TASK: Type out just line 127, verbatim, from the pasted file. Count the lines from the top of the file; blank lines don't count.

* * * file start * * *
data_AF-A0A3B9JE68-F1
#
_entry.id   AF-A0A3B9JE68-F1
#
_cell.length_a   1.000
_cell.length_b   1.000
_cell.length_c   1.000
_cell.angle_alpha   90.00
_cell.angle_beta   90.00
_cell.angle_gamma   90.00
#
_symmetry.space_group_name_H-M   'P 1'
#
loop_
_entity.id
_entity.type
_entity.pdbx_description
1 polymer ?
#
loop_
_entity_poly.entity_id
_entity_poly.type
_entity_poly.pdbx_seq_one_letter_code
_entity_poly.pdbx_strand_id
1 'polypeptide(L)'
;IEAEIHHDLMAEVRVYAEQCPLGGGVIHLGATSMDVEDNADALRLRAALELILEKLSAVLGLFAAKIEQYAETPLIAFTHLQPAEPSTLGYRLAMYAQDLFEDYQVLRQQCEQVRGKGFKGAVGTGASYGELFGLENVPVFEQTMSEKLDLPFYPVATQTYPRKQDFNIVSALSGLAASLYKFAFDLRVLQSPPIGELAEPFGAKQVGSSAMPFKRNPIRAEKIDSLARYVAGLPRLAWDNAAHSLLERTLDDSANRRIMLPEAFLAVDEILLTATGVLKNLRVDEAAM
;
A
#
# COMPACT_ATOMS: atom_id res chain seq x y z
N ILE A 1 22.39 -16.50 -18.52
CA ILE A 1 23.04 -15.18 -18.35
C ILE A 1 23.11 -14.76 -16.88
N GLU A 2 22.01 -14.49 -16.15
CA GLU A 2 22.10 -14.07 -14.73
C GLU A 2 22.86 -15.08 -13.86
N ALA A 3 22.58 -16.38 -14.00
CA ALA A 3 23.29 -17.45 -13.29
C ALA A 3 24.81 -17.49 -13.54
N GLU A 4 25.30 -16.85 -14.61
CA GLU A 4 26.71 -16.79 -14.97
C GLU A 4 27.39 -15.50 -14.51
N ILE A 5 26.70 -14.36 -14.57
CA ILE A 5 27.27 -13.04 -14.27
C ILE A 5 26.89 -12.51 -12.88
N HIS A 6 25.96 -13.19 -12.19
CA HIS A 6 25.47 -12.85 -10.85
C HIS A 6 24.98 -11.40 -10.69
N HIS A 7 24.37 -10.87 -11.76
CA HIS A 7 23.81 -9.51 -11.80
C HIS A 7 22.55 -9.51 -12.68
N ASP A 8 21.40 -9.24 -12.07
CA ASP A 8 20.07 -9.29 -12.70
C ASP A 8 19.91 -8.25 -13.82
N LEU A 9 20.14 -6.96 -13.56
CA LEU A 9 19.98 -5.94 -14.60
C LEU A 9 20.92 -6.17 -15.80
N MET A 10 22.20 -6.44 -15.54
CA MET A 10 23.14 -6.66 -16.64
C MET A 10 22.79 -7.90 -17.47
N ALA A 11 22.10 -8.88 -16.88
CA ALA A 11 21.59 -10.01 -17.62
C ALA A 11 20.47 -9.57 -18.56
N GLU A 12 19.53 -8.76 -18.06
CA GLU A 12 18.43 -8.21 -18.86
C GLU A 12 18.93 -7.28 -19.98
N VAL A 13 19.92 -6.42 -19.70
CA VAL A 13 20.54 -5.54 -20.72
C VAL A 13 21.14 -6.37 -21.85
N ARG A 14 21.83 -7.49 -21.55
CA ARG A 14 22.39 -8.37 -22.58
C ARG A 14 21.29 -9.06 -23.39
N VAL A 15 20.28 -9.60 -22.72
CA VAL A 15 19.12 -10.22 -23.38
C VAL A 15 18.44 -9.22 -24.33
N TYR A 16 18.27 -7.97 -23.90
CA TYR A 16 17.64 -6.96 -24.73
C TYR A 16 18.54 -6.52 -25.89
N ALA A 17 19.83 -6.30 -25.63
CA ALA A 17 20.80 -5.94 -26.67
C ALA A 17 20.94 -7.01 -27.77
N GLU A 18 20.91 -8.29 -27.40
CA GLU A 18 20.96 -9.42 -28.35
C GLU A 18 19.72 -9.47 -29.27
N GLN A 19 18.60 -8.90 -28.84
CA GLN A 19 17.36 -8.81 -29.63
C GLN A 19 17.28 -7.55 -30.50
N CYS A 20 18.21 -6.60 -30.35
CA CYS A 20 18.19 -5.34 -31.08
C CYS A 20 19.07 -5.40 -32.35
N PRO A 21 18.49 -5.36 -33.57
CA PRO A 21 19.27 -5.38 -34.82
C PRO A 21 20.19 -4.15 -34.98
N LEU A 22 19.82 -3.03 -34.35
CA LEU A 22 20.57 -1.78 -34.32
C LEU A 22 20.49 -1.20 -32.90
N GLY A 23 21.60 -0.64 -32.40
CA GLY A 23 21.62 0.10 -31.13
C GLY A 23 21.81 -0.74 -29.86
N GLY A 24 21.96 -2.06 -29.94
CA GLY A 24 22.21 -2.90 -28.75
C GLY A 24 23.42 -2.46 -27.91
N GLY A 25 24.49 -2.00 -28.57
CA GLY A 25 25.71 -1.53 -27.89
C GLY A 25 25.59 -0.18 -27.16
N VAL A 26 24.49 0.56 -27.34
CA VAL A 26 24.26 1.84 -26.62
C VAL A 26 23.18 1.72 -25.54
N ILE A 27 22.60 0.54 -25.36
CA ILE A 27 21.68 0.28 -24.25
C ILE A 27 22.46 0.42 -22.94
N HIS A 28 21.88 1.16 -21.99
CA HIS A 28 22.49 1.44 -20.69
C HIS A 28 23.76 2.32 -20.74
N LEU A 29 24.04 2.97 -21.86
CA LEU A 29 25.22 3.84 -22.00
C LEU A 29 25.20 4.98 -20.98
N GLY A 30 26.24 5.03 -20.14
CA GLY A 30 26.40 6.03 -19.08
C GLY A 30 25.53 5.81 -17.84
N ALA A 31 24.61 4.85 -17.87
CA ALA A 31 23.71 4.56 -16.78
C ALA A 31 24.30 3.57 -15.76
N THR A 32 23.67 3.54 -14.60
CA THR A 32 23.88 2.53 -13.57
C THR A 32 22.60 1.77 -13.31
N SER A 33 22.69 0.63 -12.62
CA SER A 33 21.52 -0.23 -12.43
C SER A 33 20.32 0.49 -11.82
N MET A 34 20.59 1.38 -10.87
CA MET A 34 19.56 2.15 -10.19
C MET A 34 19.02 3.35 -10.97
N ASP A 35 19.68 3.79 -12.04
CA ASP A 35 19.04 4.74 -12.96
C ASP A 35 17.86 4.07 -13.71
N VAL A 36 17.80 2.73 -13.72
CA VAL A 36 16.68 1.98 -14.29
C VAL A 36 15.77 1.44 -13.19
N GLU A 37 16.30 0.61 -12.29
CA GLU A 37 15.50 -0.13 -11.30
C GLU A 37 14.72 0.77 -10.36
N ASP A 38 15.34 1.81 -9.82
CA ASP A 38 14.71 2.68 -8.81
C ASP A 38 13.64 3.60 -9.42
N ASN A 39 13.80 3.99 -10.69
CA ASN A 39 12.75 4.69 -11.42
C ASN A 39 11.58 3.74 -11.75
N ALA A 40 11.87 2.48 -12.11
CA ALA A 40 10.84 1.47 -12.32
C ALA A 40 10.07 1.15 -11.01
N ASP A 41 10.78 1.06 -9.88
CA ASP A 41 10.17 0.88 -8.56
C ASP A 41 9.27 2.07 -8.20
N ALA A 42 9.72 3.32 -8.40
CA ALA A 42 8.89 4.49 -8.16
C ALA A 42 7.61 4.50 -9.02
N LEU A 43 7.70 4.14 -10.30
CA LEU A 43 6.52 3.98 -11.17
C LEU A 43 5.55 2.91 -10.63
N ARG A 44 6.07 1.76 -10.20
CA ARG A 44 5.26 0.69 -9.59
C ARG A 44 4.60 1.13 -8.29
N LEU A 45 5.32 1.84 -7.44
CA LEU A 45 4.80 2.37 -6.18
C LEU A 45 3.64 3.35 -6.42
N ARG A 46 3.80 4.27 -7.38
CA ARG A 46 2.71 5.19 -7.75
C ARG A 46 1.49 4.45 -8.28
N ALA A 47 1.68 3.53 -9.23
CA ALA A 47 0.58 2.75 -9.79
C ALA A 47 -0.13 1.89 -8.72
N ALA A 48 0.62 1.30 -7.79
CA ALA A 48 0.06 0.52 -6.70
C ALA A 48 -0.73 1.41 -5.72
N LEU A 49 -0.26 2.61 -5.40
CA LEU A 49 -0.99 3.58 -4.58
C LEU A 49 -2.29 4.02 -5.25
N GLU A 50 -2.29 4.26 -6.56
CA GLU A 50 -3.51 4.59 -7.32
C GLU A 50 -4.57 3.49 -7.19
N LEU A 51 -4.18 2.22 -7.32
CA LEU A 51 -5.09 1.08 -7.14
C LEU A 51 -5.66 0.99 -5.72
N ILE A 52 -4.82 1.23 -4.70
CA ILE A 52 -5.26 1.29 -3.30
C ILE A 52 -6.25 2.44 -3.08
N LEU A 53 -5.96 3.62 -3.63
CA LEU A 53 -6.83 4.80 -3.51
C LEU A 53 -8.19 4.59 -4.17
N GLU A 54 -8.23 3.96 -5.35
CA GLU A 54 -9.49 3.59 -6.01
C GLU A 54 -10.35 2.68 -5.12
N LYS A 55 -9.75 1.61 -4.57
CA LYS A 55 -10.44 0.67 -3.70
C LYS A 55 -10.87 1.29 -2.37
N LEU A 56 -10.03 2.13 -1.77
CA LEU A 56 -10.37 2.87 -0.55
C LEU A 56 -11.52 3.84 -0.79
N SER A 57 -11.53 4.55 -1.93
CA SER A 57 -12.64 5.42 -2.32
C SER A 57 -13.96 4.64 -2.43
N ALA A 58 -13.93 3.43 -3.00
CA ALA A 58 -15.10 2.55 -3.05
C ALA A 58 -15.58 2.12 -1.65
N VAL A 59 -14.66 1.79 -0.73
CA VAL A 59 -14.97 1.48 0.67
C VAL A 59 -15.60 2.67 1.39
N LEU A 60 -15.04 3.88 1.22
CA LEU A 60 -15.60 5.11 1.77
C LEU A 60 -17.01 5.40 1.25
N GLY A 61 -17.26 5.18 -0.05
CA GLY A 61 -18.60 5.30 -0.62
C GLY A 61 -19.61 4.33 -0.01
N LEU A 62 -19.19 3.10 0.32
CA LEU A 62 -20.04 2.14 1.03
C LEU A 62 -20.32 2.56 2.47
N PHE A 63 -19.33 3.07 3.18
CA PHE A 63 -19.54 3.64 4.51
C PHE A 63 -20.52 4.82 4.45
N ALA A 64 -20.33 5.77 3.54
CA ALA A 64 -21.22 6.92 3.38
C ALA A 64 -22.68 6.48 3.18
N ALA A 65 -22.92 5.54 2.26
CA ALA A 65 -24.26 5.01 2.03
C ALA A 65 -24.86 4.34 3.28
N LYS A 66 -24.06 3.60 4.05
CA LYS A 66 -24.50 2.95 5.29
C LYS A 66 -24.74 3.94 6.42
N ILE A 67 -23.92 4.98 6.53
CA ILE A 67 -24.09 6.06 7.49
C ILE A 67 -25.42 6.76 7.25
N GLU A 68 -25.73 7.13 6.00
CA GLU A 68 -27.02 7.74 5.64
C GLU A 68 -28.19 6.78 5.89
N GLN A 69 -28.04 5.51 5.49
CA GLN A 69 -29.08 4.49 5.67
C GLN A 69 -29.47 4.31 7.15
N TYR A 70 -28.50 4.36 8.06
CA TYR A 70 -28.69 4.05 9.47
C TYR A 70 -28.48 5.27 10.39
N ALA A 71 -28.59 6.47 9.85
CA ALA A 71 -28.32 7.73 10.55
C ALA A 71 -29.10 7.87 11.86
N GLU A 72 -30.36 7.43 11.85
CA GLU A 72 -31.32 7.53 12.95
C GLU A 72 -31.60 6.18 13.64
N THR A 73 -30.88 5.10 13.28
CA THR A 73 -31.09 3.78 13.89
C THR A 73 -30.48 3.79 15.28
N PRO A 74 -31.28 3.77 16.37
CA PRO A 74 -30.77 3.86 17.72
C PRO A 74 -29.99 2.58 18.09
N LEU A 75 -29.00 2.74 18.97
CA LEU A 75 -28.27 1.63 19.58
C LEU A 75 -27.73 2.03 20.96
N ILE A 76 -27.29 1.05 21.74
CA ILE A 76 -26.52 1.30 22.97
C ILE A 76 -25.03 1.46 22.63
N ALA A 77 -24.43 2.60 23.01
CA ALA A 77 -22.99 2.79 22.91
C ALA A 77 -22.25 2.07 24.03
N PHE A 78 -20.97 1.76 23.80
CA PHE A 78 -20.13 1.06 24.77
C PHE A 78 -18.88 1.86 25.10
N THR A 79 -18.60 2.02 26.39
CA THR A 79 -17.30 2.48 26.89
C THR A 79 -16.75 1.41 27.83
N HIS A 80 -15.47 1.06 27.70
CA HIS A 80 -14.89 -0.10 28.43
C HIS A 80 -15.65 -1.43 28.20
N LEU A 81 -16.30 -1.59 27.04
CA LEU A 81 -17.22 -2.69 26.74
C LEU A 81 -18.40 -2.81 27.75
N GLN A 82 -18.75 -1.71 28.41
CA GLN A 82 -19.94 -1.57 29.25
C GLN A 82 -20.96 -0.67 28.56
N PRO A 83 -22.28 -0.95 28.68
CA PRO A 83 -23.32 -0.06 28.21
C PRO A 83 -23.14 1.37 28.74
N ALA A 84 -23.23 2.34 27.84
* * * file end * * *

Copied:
N SER A 33 22.69 0.63 -12.62